Traverse City Record-Eagle


October 3, 2012

Ex-Middle school custodian pleads guilty in sex case

TRAVERSE CITY — Marc Morris formally admitted his criminal behavior in court, and Kelly Hall is relieved.

Morris, a former East Middle School custodian, had repeated sexual contact with a female student, then 13, beginning in early 2010. Morris’ behavior and fallout from it placed tremendous stress on Traverse City Area Public Schools, said Hall, the district’s school board president.

“It’s been a very, very hard time for the school. Trust was broken in the worst possible way,” she said. “When the defendant pleads guilty, I think that there’s a sense of relief, in that the admission of wrongdoing allows us to move on.”

Morris, 29, was charged in August, and on Tuesday pleaded guilty to two counts of third-degree criminal sexual conduct with a person 13 to 15. Three counts of first-degree criminal sexual conduct were dismissed as part of the deal.

He faces a maximum sentence of 15 years in prison, but likely will receive a term between four and eight years based on state sentencing guidelines.

Morris is set to be sentenced Oct. 19. He remains in jail without bond.

Police said Morris — the son of former TCAPS board president Gerald Morris — had an “ongoing sexual relationship” with a girl who was a student at East Middle School while Morris worked there.

The sexual encounters happened multiple times near an East Bay Township trail and in Morris’ East Bay Township home, court records show. They appeared consensual, police said, but Michigan law prohibits anyone under the age of 16 from legally consenting to sexual activity.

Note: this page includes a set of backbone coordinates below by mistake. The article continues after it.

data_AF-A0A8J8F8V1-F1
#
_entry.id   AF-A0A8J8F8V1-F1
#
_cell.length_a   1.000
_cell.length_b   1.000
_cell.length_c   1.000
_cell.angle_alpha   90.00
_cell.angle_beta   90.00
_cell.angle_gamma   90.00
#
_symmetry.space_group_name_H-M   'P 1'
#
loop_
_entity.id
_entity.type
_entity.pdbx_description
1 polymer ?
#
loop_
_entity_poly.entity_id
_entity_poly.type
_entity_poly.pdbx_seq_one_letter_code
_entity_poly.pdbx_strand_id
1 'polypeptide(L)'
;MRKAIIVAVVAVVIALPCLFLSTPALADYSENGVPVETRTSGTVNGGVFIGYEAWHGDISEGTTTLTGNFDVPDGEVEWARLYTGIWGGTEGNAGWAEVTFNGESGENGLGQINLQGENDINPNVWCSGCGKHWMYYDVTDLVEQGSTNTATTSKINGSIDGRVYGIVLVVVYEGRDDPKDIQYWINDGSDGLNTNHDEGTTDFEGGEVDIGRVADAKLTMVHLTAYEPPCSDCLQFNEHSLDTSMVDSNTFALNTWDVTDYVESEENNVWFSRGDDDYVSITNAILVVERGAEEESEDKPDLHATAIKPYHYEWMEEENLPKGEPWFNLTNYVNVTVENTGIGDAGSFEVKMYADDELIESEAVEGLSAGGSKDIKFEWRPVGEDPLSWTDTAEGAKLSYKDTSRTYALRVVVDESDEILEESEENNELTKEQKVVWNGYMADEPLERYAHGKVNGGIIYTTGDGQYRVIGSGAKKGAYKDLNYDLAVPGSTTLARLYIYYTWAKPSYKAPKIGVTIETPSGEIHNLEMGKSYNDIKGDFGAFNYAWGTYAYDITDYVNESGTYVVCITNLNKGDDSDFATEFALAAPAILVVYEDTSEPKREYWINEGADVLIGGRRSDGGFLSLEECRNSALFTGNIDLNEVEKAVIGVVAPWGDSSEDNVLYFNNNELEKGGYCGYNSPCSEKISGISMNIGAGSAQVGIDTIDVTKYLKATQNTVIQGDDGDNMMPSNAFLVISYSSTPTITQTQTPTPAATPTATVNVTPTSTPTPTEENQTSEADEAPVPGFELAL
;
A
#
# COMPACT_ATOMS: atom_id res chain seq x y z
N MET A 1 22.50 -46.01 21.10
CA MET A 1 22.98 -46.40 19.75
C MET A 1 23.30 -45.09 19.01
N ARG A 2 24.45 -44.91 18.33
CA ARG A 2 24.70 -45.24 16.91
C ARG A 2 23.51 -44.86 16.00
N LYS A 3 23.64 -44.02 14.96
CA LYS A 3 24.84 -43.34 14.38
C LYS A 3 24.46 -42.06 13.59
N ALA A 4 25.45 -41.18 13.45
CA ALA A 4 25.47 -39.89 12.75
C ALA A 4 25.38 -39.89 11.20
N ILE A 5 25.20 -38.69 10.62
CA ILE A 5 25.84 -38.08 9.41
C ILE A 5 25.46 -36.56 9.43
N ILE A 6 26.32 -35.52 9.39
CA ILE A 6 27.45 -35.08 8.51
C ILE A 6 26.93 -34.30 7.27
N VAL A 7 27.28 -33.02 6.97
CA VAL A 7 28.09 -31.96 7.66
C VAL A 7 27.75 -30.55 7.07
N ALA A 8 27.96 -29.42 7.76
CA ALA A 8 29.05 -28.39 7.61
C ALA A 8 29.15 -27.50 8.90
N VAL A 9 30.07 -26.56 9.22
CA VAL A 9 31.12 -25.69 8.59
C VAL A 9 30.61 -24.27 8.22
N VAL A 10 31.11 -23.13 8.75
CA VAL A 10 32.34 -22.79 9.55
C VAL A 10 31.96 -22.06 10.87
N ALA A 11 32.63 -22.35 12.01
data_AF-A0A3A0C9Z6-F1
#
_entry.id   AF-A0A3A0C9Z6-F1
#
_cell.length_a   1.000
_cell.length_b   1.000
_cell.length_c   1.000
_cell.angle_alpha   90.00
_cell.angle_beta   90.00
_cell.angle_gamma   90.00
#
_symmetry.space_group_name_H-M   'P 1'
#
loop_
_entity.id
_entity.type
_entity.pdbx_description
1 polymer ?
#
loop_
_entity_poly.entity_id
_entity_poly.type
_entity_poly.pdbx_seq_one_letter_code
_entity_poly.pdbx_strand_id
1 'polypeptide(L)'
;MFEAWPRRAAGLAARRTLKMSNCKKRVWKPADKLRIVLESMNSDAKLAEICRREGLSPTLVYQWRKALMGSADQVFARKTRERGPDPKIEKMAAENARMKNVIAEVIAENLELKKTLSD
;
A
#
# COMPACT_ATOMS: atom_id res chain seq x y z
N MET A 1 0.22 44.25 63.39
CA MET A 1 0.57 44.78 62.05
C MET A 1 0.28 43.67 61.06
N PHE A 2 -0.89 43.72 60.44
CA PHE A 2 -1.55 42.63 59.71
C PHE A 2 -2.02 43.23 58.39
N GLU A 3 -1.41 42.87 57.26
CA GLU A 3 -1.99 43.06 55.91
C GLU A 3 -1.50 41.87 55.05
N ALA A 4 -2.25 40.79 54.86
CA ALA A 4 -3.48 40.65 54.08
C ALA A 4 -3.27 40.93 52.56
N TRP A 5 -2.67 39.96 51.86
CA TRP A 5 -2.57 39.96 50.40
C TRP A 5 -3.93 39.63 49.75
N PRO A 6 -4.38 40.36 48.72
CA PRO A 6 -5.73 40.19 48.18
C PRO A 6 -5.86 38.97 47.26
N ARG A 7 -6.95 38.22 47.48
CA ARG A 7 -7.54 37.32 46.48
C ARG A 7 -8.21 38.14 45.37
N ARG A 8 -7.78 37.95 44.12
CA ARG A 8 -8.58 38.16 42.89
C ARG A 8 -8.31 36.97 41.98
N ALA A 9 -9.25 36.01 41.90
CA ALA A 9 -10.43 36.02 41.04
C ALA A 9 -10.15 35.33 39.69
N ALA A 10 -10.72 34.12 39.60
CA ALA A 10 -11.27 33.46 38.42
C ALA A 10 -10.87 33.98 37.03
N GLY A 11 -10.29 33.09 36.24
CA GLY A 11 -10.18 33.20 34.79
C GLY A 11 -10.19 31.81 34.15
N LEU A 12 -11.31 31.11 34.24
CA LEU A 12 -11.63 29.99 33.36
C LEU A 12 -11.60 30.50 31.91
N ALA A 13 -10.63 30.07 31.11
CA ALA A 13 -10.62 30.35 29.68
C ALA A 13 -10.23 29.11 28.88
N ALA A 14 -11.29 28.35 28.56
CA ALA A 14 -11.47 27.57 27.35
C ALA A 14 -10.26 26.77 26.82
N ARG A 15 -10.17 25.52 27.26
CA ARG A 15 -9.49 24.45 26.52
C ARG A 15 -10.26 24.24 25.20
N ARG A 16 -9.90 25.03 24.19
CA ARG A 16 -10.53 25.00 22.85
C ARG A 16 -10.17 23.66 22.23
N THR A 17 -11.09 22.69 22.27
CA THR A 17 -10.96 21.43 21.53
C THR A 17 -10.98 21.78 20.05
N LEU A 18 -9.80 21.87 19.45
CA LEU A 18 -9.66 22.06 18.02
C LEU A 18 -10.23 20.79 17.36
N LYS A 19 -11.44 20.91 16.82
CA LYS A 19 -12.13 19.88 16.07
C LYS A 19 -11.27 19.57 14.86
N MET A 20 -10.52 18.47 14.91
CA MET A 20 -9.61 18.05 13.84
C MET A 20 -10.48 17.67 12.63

Perhaps the biggest upside to Morris’ plea is that the victim won’t have to testify during a trial, Hall said. The situation likely would have been extremely stressful and difficult for the girl.

“Nobody wants a kid to have to go through that,” she said.

The plea also came as good news to Superintendent Steve Cousins.

“I think it’s good that this situation can be put to rest, and the student and family can begin the healing process,” he said.

The plea was held early Tuesday after Monday discussions, court officials said. The plea was tacked onto a day dedicated to civil proceedings.

Pleas aren’t often held at 8 a.m. or scheduled on non-criminal days, but assistant prosecutor Noelle Moeggenberg, who handled the case, said the time and day were prompted by Morris’ attorney’s schedule and not intended to avoid media exposure.

Morris attorney, Patrick Heintz, didn’t return a call for comment.

Moeggenberg said the plea likely is what’s best for the victim.  

“This is going to be easier for her to deal with, not having to get on the stand,” she said.

The fallout from Morris’ arrest also resulted in suspensions for two TCAPS administrators. Cousins suspended Cindy Berck, the district’s director of human resources, for a week without pay. She approved the hiring of Marc W. Morris as a custodian at East Middle School, and Cousins said that hiring violated the district’s nepotism policy.

TCAPS' written policy prevents children of school board members to be hired on a permanent basis, yet Marc Morris was elevated to permanent status a month before Gerald Morris left the school board in December 2008. Gerald Morris spoke with Berck about the hiring before Marc Morris was hired, though she denied he put pressure on her to hire him.

Marc Morris eventually was fired in July 2011 after he came to work drunk.

Cousins also suspended Cathy Meyer-Looze, TCAPS director of professional development and former principal at East Middle School, for two weeks without pay. He said she failed to aggressively pursue and document misconduct allegations against Marc Morris when he worked at the school.

Both suspensions came after the Record-Eagle reported that the district violated its own nepotism policy by hiring Morris, and that district officials documented six separate incidents of inappropriate behavior by Morris. That documentation was compiled after he was fired.

The district hopes to prevent future issues with both nepotism and inappropriate contact between students and district employees, Cousins said.

Gerald Morris declined comment on Wednesday.

News Editor GLENN PUIT contributed to this report.

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